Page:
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World Health Organization: Recorded Ebola deaths top 7,000, fueled by surge in Sierra Leone

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CONAKRY, Guinea — The worst Ebola outbreak on record has now killed more than 7,000 people, with many of the latest deaths reported in Sierra Leone, the World Health Organization said as United Nations Secretary-General Ban Ki-moon continued his tour of Ebola-affected countries in West Africa on Saturday.

The three countries hit hardest by Ebola have now recorded 7,373 deaths, up from 6,900 on Wednesday, according to WHO figures posted online late Friday. A total of 392 of the new deaths were in Sierra Leone, where Ebola is spreading the fastest.

The new totals include confirmed, probable and suspected Ebola deaths. The WHO says there have also been six Ebola deaths in Mali, eight in Nigeria and one in the United States.

The total number of cases in Guinea, Sierra Leone and Liberia now stands at 19,031, up from 18,569.

PHOTO: In this photo released by the United Nations, U.N. Secretary-General Ban Ki-moon, left, meets with Liberia's President Ellen Johnson Sirleaf, at the Ministry of Foreign Affairs, in Monrovia, Liberia, on Friday, Dec. 19, 2014. Ban praised health workers battling Ebola in Sierra Leone and Liberia on Friday, saying they have shown "the most noble face of humankind" amid an epidemic that has killed more than 6,900 people in West Africa. Ban, who made stops in both countries on Friday, travels Saturday to Guinea where the Ebola virus first emerged a year ago.  (AP Photo/United Nations, Evan Schneider)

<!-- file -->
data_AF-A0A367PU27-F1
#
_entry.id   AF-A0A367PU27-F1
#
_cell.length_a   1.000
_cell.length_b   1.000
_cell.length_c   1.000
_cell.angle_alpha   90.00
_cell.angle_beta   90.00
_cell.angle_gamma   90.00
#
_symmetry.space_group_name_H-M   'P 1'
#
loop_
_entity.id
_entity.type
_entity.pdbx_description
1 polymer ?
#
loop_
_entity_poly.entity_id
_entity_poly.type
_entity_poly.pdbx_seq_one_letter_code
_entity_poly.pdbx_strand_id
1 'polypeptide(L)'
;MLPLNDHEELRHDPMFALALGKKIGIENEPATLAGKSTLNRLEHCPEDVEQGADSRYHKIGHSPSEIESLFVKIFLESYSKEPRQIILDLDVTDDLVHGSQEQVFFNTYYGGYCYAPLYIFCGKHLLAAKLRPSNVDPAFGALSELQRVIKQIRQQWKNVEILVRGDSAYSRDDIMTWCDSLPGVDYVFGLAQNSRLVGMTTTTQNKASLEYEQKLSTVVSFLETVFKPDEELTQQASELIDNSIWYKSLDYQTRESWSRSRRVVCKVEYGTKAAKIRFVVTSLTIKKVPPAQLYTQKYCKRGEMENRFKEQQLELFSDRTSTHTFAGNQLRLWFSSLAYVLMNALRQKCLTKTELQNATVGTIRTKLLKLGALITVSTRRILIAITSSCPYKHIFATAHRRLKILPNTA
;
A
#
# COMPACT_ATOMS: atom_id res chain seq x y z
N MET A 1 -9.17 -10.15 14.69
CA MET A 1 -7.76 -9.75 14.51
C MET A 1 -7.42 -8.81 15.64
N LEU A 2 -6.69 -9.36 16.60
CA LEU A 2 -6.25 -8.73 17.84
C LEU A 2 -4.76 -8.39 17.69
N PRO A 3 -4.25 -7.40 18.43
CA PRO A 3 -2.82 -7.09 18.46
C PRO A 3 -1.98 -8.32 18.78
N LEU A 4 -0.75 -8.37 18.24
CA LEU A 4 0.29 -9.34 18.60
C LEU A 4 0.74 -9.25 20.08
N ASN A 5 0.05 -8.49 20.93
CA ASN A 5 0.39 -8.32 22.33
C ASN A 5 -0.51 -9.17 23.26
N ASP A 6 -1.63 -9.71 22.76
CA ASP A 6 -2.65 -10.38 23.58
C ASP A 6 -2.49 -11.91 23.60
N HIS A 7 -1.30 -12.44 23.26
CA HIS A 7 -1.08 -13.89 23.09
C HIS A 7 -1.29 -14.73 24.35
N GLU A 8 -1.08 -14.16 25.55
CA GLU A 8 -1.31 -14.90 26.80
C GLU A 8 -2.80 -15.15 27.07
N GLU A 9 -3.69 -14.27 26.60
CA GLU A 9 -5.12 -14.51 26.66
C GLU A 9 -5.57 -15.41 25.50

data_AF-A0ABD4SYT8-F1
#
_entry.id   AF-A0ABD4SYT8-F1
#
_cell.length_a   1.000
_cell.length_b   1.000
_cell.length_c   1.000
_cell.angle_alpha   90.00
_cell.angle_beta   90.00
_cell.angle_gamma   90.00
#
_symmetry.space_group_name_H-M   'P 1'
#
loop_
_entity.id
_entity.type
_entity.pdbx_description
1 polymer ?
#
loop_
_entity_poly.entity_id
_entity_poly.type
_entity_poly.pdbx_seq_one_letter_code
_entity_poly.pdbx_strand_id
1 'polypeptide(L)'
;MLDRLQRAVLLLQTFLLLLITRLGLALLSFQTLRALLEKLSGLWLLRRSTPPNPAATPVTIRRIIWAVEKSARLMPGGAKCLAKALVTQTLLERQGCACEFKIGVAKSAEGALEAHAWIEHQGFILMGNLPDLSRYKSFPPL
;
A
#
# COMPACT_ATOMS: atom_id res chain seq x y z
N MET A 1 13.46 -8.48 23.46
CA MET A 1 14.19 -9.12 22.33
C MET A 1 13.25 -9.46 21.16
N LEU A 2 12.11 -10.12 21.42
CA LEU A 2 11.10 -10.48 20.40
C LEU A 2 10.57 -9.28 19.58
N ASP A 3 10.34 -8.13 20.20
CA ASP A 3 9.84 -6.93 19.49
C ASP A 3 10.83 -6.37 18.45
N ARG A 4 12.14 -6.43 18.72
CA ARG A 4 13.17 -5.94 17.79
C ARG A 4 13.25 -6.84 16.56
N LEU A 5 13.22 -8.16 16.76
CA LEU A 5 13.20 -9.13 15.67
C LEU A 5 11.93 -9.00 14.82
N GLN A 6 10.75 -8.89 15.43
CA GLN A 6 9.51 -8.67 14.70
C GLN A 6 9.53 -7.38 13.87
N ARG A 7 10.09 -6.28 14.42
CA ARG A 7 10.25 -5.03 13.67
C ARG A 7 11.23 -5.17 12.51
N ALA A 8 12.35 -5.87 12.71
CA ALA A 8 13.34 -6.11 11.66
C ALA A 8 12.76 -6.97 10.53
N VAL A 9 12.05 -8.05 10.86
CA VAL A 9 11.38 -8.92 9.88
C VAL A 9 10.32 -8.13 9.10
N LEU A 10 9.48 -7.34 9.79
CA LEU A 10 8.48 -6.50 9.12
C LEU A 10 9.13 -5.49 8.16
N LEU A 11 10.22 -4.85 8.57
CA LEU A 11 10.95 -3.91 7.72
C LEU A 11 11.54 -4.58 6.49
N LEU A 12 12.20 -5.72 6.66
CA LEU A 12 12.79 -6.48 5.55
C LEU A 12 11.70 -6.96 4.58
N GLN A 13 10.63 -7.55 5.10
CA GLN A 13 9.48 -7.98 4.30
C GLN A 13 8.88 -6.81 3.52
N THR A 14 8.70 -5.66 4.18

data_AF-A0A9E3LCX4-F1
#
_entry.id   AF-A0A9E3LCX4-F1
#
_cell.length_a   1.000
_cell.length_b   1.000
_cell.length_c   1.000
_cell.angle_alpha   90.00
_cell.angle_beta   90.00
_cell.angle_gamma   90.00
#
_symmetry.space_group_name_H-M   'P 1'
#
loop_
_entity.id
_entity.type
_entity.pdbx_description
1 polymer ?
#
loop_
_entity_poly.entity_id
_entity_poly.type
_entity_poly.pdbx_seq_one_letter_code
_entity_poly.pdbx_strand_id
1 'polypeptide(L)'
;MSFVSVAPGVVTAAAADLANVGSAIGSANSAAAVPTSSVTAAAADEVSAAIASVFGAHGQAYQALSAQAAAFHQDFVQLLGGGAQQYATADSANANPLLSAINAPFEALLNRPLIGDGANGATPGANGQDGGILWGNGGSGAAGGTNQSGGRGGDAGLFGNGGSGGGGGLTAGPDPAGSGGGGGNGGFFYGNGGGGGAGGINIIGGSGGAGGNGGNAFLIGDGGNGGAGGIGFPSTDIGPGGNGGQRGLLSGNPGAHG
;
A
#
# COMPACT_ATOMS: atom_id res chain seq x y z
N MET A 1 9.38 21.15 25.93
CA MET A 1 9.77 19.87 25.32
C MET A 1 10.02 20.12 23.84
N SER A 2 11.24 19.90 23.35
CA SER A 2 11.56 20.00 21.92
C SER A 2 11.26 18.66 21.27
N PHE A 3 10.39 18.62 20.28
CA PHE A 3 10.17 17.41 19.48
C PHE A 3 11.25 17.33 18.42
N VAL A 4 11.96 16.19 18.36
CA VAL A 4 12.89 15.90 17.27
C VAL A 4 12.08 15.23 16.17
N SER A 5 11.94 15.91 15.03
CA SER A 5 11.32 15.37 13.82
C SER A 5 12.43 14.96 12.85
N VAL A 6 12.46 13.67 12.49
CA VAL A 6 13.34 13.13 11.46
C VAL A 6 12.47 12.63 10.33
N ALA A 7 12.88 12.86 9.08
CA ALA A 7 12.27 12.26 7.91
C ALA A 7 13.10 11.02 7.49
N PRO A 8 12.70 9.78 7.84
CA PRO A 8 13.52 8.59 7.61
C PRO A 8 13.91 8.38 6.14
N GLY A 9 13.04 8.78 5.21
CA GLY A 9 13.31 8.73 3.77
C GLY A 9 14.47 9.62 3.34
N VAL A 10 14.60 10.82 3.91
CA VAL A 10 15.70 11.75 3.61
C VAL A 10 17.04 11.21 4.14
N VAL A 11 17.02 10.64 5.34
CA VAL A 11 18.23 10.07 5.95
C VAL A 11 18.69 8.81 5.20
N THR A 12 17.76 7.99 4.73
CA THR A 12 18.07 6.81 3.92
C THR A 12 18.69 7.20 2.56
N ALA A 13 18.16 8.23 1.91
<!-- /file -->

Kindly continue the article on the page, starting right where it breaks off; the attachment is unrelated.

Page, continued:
In this photo released by the United Nations, U.N. Secretary-General Ban Ki-moon, left, meets with Liberia's President Ellen Johnson Sirleaf, at the Ministry of Foreign Affairs, in Monrovia, Liberia, on Friday, Dec. 19, 2014. Ban praised health workers battling Ebola in Sierra Leone and Liberia on Friday, saying they have shown "the most noble face of humankind" amid an epidemic that has killed more than 6,900 people in West Africa. Ban, who made stops in both countries on Friday, travels Saturday to Guinea where the Ebola virus first emerged a year ago. (AP Photo/United Nations, Evan Schneider)

Ban arrived in Guinea, where the outbreak's first cases were confirmed back in March, on Saturday after touring Liberia and Sierra Leone on Friday. After meeting with President Alpha Conde, he expressed concern about the situation in the country's southeast forest region, where he said the number of infected people "seems to continue to grow." The region borders Liberia, Sierra Leone and Ivory Coast, and Ban called for cross-border collaboration to bring the disease under control.

He urged all Guineans to commit themselves to eradicating Ebola, saying that the U.N. and its partners "are there to help you."

"It has never been so important to work together," he said.

Guinea has recorded 2,453 Ebola deaths and 1,550 cases, according to the WHO. This past week, officials in Conakry, the capital, announced a ban on New Year's Eve celebrations such as fireworks displays and beach gatherings in a bid to curtail transmission.

Ban was expected to travel to Mali Saturday evening.

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